RIVERSIDE COUNTY, Calif. - Funeral services were held Friday for a beloved Riverside County Sheriff’s deputy who was shot and killed during a traffic stop while on duty in Jurupa Valley late last month.
Deputy Isaiah Cordero’s patrol motorcycle was displayed in front of the doors at Harvest Christian Fellowship Church in Riverside where loved ones gathered to remember his life and legacy. A memorial featuring pictures of Cordero aligned outside the church honoring a dear son, brother, friend, and boyfriend.
Among those who gave powerful speeches were his mother, Sheriff Chad Bianco and his best friend and colleague, Deputy Kenneth Shinn.
FOX 11's Gigi Graciette reported law enforcement officers from multiple agencies locally and nationwide, including the New York Police Department, arrived prior to the service to honor him.
On the afternoon of Dec. 29, authorities said Deputy Isaiah Cordero was killed while attempting to conduct a traffic stop in Jurupa Valley around 2 p.m. Riverside County Sheriff Chad Bianco said Cordero tried to stop a vehicle in the 3900 block of Golden West Avenue and as he approached the vehicle, the suspect, identified as 44-year-old William Shae McKay, opened fire.
McKay drove away from the scene, prompting a massive manhunt in the Inland Empire. He was then located in San Bernardino County and led authorities in a pursuit, which came to a violent end. McKay crashed his vehicle along the 15 Freeway in Norco and a short time later, he was in a gun battle with deputies.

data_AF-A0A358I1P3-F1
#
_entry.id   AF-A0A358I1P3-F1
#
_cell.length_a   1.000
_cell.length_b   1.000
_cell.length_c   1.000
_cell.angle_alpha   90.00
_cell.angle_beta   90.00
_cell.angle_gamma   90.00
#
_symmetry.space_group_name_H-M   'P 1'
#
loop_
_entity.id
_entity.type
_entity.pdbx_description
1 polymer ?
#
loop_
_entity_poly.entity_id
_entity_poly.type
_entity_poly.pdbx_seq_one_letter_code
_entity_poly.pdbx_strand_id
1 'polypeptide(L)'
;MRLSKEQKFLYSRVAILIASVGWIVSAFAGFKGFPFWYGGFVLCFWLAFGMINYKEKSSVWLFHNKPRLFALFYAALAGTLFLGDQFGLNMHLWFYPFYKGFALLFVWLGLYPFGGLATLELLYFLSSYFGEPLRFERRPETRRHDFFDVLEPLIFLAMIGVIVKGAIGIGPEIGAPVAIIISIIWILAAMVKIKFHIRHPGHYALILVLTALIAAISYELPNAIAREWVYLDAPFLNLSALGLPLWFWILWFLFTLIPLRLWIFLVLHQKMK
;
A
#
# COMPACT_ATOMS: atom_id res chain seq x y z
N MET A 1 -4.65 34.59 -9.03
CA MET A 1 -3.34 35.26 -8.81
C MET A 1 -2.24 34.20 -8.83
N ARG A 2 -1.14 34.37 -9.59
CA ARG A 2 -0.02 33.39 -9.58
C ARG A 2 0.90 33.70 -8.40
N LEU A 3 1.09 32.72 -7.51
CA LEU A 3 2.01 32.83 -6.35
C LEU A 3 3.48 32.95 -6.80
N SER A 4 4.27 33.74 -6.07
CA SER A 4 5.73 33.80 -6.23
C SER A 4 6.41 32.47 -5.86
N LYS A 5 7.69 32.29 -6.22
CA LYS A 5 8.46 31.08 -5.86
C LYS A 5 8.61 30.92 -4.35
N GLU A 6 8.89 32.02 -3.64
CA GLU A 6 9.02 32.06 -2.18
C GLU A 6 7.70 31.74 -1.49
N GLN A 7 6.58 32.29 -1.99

Isaiah Cordero. PHOTO: Riverside County Sheriff's Office.
Witnesses called 911 and stayed with the wounded deputy until paramedics arrived.
Cordero’s funeral services are to be a celebration of his life that he dedicated to his family and being of service to those who knew him.
While Friday’s focus will be on the deputy as a family and sheriff’s department mourns, there is anger when it comes to to his alleged killer.
Riverside County Sheriff Chad Bianco said in an interview with FOX 11 McKay had a lengthy criminal history dating back to the 1990s and believes McKay should have been in jail, not on the streets.
"Not only was he let out on bail when he shouldn’t of been, he was convicted on his third strike and that same judge acknowledged that the two previous [convictions] were strikes and he should’ve, right then, been sentenced to 25 years in prison. But instead, she arranged it to allow him to get out of jail," Bianco said.
Bianco went on to say McKay, a career criminal, then continued to commit more crimes
"He wasn’t re-arrested for failing to appear, he committed more crimes that he was arrested for," he said.